We learn some of our best lessons during childhood.
Do you remember your mom or dad giving you a weekly allowance, paying you a few bucks for doing chores or encouraging you to put your spare change in a piggy bank?
You may or may not have realized it at the time, but these were money lessons. And they were great ones.
Although most of us are now in charge of our own money, there’s still a lot we can learn from our younger years.
Here are some money lessons for kids you can apply to your life as an adult.
1. Give Yourself an Allowance
For many of us, getting an allowance was our first taste of financial management.
Yes, we could (kind of) buy what we wanted, but we also learned how quickly we could spend money if we weren’t careful.
These days, children receive about $67.80 per month in allowance — up 16% since 2012.
But it’s not all about the money. An allowance is a tool many parents use to teach their children about financial responsibility. And it’s a tool you can continue using as an adult.
To start, calculate your discretionary income. This is all the money you have left after paying your bills and buying essential items, like food and clothing.
Based on the total, allocate a weekly or monthly allowance amount you can spend on anything you want — 10% is probably good.
I’ve tried this lesson many times.
My biggest takeaway? Stick to your allowance by using cash. Once the cash is gone, try not to spend any unnecessary money until you give yourself another allowance.
2. Use Money Jars
Think of them as less-cute piggy banks.
As children collect cash and coins, they can divvy them up among their different jars, watch their funds grow and spend appropriately.
It’s similar to the old school envelope method, and is perfect if you need a little bit of help budgeting.
To do it, set up different bank accounts for your money — or get literal and use actual jars.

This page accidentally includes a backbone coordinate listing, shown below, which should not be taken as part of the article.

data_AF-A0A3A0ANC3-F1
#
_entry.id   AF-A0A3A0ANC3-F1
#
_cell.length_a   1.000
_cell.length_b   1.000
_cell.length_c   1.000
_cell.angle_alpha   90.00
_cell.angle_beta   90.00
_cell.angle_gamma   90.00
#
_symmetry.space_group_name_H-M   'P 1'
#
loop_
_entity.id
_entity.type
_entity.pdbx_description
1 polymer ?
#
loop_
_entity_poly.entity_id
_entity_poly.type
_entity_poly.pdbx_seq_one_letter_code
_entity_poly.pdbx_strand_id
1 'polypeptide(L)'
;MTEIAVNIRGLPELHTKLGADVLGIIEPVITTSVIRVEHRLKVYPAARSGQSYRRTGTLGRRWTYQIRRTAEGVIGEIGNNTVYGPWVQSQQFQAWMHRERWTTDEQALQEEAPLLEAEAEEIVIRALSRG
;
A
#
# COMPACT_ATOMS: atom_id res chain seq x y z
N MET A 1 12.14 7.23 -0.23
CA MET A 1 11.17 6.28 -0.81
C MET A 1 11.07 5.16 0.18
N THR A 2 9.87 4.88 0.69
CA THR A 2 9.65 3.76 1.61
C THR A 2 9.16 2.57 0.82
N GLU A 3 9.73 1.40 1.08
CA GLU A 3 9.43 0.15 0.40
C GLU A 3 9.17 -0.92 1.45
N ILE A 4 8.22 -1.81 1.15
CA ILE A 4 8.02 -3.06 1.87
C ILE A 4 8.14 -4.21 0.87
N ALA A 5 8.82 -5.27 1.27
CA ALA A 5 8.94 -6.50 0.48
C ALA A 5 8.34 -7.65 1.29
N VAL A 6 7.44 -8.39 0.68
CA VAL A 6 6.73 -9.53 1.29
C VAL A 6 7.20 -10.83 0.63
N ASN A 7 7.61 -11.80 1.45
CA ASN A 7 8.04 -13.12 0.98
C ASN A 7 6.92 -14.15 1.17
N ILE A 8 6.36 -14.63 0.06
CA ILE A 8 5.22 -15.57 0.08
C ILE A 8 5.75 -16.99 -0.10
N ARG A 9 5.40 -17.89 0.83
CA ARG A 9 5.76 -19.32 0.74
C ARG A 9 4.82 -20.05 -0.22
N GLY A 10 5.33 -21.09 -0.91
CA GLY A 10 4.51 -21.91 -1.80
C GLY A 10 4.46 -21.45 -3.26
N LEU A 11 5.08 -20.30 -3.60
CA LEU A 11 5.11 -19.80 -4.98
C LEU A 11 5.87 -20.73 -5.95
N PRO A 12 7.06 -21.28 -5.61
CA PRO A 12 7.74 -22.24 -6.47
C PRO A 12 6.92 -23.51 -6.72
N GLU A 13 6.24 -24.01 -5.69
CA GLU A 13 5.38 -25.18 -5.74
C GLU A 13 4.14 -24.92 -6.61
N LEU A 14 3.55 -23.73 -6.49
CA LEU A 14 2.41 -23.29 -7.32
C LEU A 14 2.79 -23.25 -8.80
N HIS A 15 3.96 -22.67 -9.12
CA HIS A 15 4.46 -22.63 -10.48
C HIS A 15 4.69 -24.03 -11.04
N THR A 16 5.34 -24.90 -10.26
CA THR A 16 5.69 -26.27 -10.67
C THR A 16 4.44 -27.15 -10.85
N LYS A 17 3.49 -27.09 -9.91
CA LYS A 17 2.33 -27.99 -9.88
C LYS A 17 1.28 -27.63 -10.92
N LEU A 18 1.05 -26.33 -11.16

Either way is fine, just make sure you have a system for differentiating your “jars.” This can be as simple as renaming certain savings accounts “Car,” “Vacation” or “Wedding.”
3. Manage Your Lunch Money
Back in the day, if your mom handed you $10 per week for lunch money, you had a few options.
You could’ve spent half of it on Monday, and the remaining $5 over the rest of the week. Or you could’ve spent $2 per day and kept everything equal.
Or you could’ve played it smart and bought school lunch for three days, brought lunch from home for two days, and pocketed the leftover money — until your mom or dad took the cash back, of course.
I was more of an option number two girl — and I still am, as an adult.
As soon as I got a job, I gave myself a weekly lunchtime spending goal of $25. I could spend it any way I wanted throughout the week, but I couldn’t go over my budgeted $25.
If you want to incorporate this money-saving method into your life, start by setting your own weekly lunchtime spending goal.
Try to stay within this budget as much as possible — unless you’re starving. In that case, give yourself more lunch money and try again.
4. Review Shopping Purchases
Did your parents ever take you grocery shopping and explain the financial reasoning for buying certain items over others?
Perhaps the generic brand of cereal was the best buy because it was cheaper and tasted just like the name brand. Or maybe it made more sense to buy toilet paper in bulk because of the cost savings.
If you weren’t paying attention back then, don’t worry. It’s still not too late for you to learn this money lesson.
Next time you go grocery shopping, study what you’re buying.
Don’t just pick up the first carton of eggs you see. Take some time to compare the price, quantity and brand to another carton of eggs to make the better selection.
Continue this process all the way down your grocery list. It may be time-consuming at first, but if you keep practicing, you’ll be a shopping review pro in no time.
To take it even further, compare prices and quantities at several stores to see where you’ll get the best deal.
5. Play Monopoly
Monopoly is a fun way for children to learn money management and real estate basics.
The game is simple: If they’ve earned enough cash through playing, they can purchase property, build homes and eventually build hotels.
Based on their financial situations, they may also have to collect or pay rent, pay income tax, and — if things go really badly — declare bankruptcy.
Monopoly teaches us adults the importance of investing, spending money wisely and saving for a rainy day.
Is buying Baltic Avenue really worth it, or is it better to hold on to your money a bit longer in the hope of buying Park Place?
Your Turn: What money lessons from your childhood can you apply in your adult life? Are there any you think wouldn’t translate well?
Meghan Williams (@meggsndbacon) is a freelance writer armed with a laptop, thesaurus and positive attitude. When she’s not writing, you can find her reading a book, playing piano or spending time with friends and family (her two cats included.)